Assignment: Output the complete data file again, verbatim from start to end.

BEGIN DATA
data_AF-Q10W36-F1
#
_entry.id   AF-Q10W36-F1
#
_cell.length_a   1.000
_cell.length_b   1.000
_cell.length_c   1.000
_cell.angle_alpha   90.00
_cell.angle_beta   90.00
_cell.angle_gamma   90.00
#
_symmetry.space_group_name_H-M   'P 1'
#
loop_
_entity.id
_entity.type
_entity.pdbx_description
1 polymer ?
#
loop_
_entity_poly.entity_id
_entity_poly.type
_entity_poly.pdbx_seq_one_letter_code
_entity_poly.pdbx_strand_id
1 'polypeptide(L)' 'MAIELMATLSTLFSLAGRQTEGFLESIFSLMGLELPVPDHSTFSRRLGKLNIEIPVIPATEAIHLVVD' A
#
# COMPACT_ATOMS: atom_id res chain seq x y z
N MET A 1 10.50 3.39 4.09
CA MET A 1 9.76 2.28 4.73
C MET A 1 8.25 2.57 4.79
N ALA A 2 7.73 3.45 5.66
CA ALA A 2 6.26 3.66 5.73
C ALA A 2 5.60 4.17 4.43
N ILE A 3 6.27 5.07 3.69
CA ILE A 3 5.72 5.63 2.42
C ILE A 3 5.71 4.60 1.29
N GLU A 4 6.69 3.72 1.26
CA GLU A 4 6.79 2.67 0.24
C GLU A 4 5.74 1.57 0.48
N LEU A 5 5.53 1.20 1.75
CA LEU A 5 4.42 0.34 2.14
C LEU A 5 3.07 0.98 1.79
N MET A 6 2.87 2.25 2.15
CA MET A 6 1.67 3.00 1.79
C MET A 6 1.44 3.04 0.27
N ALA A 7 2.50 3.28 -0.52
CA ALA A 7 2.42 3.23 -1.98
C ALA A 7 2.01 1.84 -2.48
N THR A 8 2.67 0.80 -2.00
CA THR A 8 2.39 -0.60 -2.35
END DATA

data_AF-Q10W36-F1
#
_entry.id   AF-Q10W36-F1
#
_cell.length_a   1.000
_cell.length_b   1.000
_cell.length_c   1.000
_cell.angle_alpha   90.00
_cell.angle_beta   90.00
_cell.angle_gamma   90.00
#
_symmetry.space_group_name_H-M   'P 1'
#
loop_
_entity.id
_entity.type
_entity.pdbx_description
1 polymer ?
#
loop_
_entity_poly.entity_id
_entity_poly.type
_entity_poly.pdbx_seq_one_letter_code
_entity_poly.pdbx_strand_id
1 'polypeptide(L)' 'MAIELMATLSTLFSLAGRQTEGFLESIFSLMGLELPVPDHSTFSRRLGKLNIEIPVIPATEAIHLVVD' A
#
# COMPACT_ATOMS: atom_id res chain seq x y z
N MET A 1 10.50 3.39 4.09
CA MET A 1 9.76 2.28 4.73
C MET A 1 8.25 2.57 4.79
N ALA A 2 7.73 3.45 5.66
CA ALA A 2 6.26 3.66 5.73
C ALA A 2 5.60 4.17 4.43
N ILE A 3 6.27 5.07 3.69
CA ILE A 3 5.72 5.63 2.42
C ILE A 3 5.71 4.60 1.29
N GLU A 4 6.69 3.72 1.26
CA GLU A 4 6.79 2.67 0.24
C GLU A 4 5.74 1.57 0.48
N LEU A 5 5.53 1.20 1.75
CA LEU A 5 4.42 0.34 2.14
C LEU A 5 3.07 0.98 1.79
N MET A 6 2.87 2.25 2.15
CA MET A 6 1.67 3.00 1.79
C MET A 6 1.44 3.04 0.27
N ALA A 7 2.50 3.28 -0.52
CA ALA A 7 2.42 3.23 -1.98
C ALA A 7 2.01 1.84 -2.48
N THR A 8 2.67 0.80 -2.00
CA THR A 8 2.39 -0.60 -2.35